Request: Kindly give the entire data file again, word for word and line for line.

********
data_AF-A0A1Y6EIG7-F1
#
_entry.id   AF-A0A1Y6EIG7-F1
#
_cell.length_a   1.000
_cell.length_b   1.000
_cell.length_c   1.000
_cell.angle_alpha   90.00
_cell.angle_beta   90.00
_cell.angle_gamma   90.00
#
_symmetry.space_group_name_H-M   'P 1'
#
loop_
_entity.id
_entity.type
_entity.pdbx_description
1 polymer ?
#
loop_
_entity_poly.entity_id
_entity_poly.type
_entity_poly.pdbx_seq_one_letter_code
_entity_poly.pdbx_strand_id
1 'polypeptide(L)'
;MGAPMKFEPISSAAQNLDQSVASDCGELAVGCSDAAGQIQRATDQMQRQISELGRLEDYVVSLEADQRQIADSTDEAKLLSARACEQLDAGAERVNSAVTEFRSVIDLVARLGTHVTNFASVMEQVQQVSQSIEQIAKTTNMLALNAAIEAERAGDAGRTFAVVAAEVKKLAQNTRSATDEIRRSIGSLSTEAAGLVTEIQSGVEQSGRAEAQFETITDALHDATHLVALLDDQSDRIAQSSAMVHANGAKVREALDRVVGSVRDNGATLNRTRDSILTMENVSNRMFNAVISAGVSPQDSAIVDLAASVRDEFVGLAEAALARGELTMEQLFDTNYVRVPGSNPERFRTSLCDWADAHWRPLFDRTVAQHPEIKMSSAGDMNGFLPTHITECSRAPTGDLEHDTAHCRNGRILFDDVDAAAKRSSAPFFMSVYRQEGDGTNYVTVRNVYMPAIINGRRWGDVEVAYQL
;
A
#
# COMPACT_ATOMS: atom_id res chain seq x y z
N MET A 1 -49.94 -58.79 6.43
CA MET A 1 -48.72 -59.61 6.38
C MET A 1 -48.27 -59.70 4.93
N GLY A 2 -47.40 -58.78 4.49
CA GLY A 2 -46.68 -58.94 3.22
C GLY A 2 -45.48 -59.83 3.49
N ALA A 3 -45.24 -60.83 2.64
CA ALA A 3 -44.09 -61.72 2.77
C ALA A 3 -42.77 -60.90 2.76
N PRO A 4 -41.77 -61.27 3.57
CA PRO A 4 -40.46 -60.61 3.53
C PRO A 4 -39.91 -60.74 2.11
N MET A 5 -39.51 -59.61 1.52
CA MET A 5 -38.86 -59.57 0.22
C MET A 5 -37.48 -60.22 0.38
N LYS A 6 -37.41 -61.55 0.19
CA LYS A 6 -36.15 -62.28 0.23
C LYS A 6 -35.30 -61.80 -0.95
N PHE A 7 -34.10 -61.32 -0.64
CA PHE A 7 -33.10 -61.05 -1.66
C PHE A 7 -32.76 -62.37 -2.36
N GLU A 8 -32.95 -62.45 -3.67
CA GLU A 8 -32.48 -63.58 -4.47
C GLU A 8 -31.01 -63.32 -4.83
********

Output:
data_AF-A0A1Y6EIG7-F1
#
_entry.id   AF-A0A1Y6EIG7-F1
#
_cell.length_a   1.000
_cell.length_b   1.000
_cell.length_c   1.000
_cell.angle_alpha   90.00
_cell.angle_beta   90.00
_cell.angle_gamma   90.00
#
_symmetry.space_group_name_H-M   'P 1'
#
loop_
_entity.id
_entity.type
_entity.pdbx_description
1 polymer ?
#
loop_
_entity_poly.entity_id
_entity_poly.type
_entity_poly.pdbx_seq_one_letter_code
_entity_poly.pdbx_strand_id
1 'polypeptide(L)'
;MGAPMKFEPISSAAQNLDQSVASDCGELAVGCSDAAGQIQRATDQMQRQISELGRLEDYVVSLEADQRQIADSTDEAKLLSARACEQLDAGAERVNSAVTEFRSVIDLVARLGTHVTNFASVMEQVQQVSQSIEQIAKTTNMLALNAAIEAERAGDAGRTFAVVAAEVKKLAQNTRSATDEIRRSIGSLSTEAAGLVTEIQSGVEQSGRAEAQFETITDALHDATHLVALLDDQSDRIAQSSAMVHANGAKVREALDRVVGSVRDNGATLNRTRDSILTMENVSNRMFNAVISAGVSPQDSAIVDLAASVRDEFVGLAEAALARGELTMEQLFDTNYVRVPGSNPERFRTSLCDWADAHWRPLFDRTVAQHPEIKMSSAGDMNGFLPTHITECSRAPTGDLEHDTAHCRNGRILFDDVDAAAKRSSAPFFMSVYRQEGDGTNYVTVRNVYMPAIINGRRWGDVEVAYQL
;
A
#
# COMPACT_ATOMS: atom_id res chain seq x y z
N MET A 1 -49.94 -58.79 6.43
CA MET A 1 -48.72 -59.61 6.38
C MET A 1 -48.27 -59.70 4.93
N GLY A 2 -47.40 -58.78 4.49
CA GLY A 2 -46.68 -58.94 3.22
C GLY A 2 -45.48 -59.83 3.49
N ALA A 3 -45.24 -60.83 2.64
CA ALA A 3 -44.09 -61.72 2.77
C ALA A 3 -42.77 -60.90 2.76
N PRO A 4 -41.77 -61.27 3.57
CA PRO A 4 -40.46 -60.61 3.53
C PRO A 4 -39.91 -60.74 2.11
N MET A 5 -39.51 -59.61 1.52
CA MET A 5 -38.86 -59.57 0.22
C MET A 5 -37.48 -60.22 0.38
N LYS A 6 -37.41 -61.55 0.19
CA LYS A 6 -36.15 -62.28 0.23
C LYS A 6 -35.30 -61.80 -0.95
N PHE A 7 -34.10 -61.32 -0.64
CA PHE A 7 -33.10 -61.05 -1.66
C PHE A 7 -32.76 -62.37 -2.36
N GLU A 8 -32.95 -62.45 -3.67
CA GLU A 8 -32.48 -63.58 -4.47
C GLU A 8 -31.01 -63.32 -4.83